The Central Texas Angel Network (CTAN), led by Claire England (Class 21), was featured in the Austin Business Journal this week as it announced statistics for the group’s 2016 investments. CTAN invested a total of $14.2M in 43 companies last year (15 new; 28 follow-on), versus $13.5M in 2015. More impressive is that the size of the average investment in new companies was $676K last year—nearly double that of 2015. The number of CTAN angels investing in startups also showed a dramatic increase over the prior year, with a 40% rise in participation. Last year brought 7 exits, for a total of 23 exits since the group’s inception in 2006. As we reported last month, CTAN has made enormous strides in increasing the number of women and minority investors in its ranks over the last several years. [Austin Business Journal story; requires login]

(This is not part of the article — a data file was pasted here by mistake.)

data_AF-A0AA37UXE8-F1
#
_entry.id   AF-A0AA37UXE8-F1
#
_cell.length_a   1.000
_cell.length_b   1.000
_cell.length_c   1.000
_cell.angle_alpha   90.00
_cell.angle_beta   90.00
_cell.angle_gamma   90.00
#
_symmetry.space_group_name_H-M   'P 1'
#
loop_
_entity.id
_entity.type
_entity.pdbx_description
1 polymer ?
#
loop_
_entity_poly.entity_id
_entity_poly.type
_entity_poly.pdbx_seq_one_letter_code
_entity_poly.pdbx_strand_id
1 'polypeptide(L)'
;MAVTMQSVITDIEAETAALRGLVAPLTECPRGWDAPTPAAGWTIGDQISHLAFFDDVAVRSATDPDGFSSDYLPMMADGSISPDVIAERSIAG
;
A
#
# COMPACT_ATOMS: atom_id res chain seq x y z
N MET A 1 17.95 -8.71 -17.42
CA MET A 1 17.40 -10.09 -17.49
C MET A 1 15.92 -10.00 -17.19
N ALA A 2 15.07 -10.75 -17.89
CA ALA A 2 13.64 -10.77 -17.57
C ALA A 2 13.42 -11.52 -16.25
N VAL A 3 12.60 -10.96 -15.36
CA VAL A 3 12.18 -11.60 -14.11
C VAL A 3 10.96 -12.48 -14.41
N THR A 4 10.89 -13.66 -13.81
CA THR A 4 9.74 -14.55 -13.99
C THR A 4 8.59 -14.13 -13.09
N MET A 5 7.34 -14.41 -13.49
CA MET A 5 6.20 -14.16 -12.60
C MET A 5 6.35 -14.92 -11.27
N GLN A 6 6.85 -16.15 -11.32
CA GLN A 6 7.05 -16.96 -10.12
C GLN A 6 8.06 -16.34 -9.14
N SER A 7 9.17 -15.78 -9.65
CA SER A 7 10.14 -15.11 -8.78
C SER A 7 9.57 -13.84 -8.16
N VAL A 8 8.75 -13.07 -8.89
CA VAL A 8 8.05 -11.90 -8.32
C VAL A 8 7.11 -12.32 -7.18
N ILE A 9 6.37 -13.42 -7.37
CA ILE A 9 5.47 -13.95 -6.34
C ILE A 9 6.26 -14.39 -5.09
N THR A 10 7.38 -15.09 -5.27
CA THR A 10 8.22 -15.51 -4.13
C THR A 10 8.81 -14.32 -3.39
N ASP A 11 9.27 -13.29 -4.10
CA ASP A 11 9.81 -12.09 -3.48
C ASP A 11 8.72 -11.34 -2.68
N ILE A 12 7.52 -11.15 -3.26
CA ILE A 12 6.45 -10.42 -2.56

On the move and special mentions:
- Kiki Tidwell (Class 15) has been nominated for a 2017 C3E Award in the Advocacy category. “The U.S. C3E Awards recognize outstanding mid-career women who are advancing clean, renewable sources of energy, related technologies, or clean energy policy.” The Clean Energy Education & Empowerment (C3E) women’s initiative was launched in 2010 at the international Clean Energy Ministerial to “advance women’s participation in the clean energy revolution.” The motivation for its founding was “a shared sense that the ideas and talents of all members of society are essential to accelerating progress toward a clean energy future,” and one of its goals is to “shift the status quo in the clean energy professions and enable greater gender diversity.” Congratulations, Kiki!
- R.A. Session (Class 19) recently joined AveXis, a firm committed to moving gene therapies into the clinical setting for patients with rare and orphan neurological genetic diseases. He is SVP and Head of Corporate Strategy, and also responsible for business development and alliance and project management.